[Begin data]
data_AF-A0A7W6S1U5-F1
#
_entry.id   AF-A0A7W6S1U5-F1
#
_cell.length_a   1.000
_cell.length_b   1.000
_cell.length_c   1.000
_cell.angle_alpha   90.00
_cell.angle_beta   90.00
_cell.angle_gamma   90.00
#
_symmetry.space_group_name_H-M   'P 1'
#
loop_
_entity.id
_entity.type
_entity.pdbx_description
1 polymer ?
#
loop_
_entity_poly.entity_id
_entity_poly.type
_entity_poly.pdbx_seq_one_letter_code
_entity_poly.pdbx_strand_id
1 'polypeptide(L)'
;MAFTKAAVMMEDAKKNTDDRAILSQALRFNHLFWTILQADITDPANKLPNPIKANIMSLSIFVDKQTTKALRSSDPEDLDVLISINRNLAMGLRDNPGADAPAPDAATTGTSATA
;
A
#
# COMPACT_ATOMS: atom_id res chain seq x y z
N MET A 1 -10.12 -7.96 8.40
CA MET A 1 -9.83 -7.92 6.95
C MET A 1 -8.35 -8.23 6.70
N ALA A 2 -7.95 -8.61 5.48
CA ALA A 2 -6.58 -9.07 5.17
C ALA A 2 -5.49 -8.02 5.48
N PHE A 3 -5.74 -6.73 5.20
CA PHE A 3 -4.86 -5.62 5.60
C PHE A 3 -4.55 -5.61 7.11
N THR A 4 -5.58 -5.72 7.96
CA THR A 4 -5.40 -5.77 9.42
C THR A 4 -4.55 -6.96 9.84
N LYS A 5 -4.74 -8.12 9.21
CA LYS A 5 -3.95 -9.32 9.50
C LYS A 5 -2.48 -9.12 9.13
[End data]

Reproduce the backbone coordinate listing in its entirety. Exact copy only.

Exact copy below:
data_AF-A0A7W6S1U5-F1
#
_entry.id   AF-A0A7W6S1U5-F1
#
_cell.length_a   1.000
_cell.length_b   1.000
_cell.length_c   1.000
_cell.angle_alpha   90.00
_cell.angle_beta   90.00
_cell.angle_gamma   90.00
#
_symmetry.space_group_name_H-M   'P 1'
#
loop_
_entity.id
_entity.type
_entity.pdbx_description
1 polymer ?
#
loop_
_entity_poly.entity_id
_entity_poly.type
_entity_poly.pdbx_seq_one_letter_code
_entity_poly.pdbx_strand_id
1 'polypeptide(L)'
;MAFTKAAVMMEDAKKNTDDRAILSQALRFNHLFWTILQADITDPANKLPNPIKANIMSLSIFVDKQTTKALRSSDPEDLDVLISINRNLAMGLRDNPGADAPAPDAATTGTSATA
;
A
#
# COMPACT_ATOMS: atom_id res chain seq x y z
N MET A 1 -10.12 -7.96 8.40
CA MET A 1 -9.83 -7.92 6.95
C MET A 1 -8.35 -8.23 6.70
N ALA A 2 -7.95 -8.61 5.48
CA ALA A 2 -6.58 -9.07 5.17
C ALA A 2 -5.49 -8.02 5.48
N PHE A 3 -5.74 -6.73 5.20
CA PHE A 3 -4.86 -5.62 5.60
C PHE A 3 -4.55 -5.61 7.11
N THR A 4 -5.58 -5.72 7.96
CA THR A 4 -5.40 -5.77 9.42
C THR A 4 -4.55 -6.96 9.84
N LYS A 5 -4.74 -8.12 9.21
CA LYS A 5 -3.95 -9.32 9.50
C LYS A 5 -2.48 -9.12 9.13